As regards unions, there have been several of us since ancient times who believe in the betterness (not just advantages) of associations between/among people of different types. A government with a good coordination among its diverse ministries and departments is an appropriate example. A group or union of just one type (interest, disposition, specialization, or whatever) of people will do well, but it will not compare (in all dimensions) with another group or union with people of different types or from diverse fields. This is the same case with male-female/husband-wife relationships. Though differences account for disharmony of any sort, marital feuds do not stem solely and specifically from the differences in interests or types; they may arise from whatever aspect of life. While ideologies play a major part in relationships, there are other cultural, emotional and inter-personal human sharings (depending upon the dynamics of the partners’ emotional intelligence – see Daniel Goleman’s Emotional Intelligence, and Working with Emotional Intelligence) lying deeper under these superstructures. Ideologies do not play in homes as actively as they do out in society where they are relentless rivals. Husband-wife relationship is basically an emotional one (irrespective of however they started) (and this is the content of the thing) the alignment/configuration of which determines the health of the relationship; differences in trades (though undoubtedly accountable in degrees) are more a matter of how each of them negotiates their own ways mainly in society. However, the fact is to be agreed that there is a reciprocal causative relationship between one’s emotions (or emotional intelligence or disposition) and one’s channelized learning, which will free ourselves from the hen and the egg problem.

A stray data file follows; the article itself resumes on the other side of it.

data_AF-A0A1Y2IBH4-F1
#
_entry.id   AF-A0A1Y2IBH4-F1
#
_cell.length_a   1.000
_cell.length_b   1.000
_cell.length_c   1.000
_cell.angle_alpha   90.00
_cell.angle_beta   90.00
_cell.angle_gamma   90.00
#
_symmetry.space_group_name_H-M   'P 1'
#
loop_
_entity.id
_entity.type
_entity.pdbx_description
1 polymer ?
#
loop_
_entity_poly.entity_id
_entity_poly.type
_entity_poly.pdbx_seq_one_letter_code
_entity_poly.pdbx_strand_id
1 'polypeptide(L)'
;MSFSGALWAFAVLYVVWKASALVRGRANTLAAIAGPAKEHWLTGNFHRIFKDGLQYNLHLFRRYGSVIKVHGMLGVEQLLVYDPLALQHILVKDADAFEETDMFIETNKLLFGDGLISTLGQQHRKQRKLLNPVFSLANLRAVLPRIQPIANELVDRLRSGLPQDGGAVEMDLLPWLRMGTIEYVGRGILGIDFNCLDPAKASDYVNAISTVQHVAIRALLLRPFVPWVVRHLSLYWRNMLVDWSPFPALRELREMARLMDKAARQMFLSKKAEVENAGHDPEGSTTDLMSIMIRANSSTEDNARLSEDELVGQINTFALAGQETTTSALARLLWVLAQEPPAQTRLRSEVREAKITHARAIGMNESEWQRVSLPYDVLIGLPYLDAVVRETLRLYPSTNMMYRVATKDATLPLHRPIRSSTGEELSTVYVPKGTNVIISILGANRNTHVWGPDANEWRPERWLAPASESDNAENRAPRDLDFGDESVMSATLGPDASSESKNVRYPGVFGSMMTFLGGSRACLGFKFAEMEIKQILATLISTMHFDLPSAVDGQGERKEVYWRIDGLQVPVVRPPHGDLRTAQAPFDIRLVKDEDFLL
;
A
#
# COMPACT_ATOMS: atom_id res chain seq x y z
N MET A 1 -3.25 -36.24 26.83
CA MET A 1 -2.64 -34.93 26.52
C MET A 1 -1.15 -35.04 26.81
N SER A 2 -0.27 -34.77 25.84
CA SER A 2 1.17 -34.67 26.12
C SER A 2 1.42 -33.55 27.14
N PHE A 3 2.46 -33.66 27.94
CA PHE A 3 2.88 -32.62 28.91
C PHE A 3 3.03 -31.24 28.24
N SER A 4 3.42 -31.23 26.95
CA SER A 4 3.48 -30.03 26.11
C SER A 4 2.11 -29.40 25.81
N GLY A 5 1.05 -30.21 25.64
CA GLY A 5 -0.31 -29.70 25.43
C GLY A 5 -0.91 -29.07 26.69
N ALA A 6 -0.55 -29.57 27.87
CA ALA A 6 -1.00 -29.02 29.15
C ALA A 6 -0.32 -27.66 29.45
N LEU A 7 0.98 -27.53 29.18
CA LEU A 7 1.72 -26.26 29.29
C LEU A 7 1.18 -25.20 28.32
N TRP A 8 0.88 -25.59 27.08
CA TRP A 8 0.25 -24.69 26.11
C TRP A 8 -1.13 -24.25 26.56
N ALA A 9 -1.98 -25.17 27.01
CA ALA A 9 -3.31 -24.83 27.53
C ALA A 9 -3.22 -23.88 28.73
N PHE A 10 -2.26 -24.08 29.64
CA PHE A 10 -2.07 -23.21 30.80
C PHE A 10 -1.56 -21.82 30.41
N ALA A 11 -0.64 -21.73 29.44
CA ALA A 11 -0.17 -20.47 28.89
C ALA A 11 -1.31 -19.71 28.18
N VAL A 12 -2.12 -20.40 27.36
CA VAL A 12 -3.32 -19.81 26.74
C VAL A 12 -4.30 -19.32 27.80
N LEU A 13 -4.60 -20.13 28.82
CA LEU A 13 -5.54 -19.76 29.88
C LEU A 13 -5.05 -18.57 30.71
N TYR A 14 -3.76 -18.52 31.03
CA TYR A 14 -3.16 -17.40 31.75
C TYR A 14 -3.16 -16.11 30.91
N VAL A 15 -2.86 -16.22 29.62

3. Thanks Thoi and Manohar for sharing your thoughts and ideas about this strange world of relationships with me.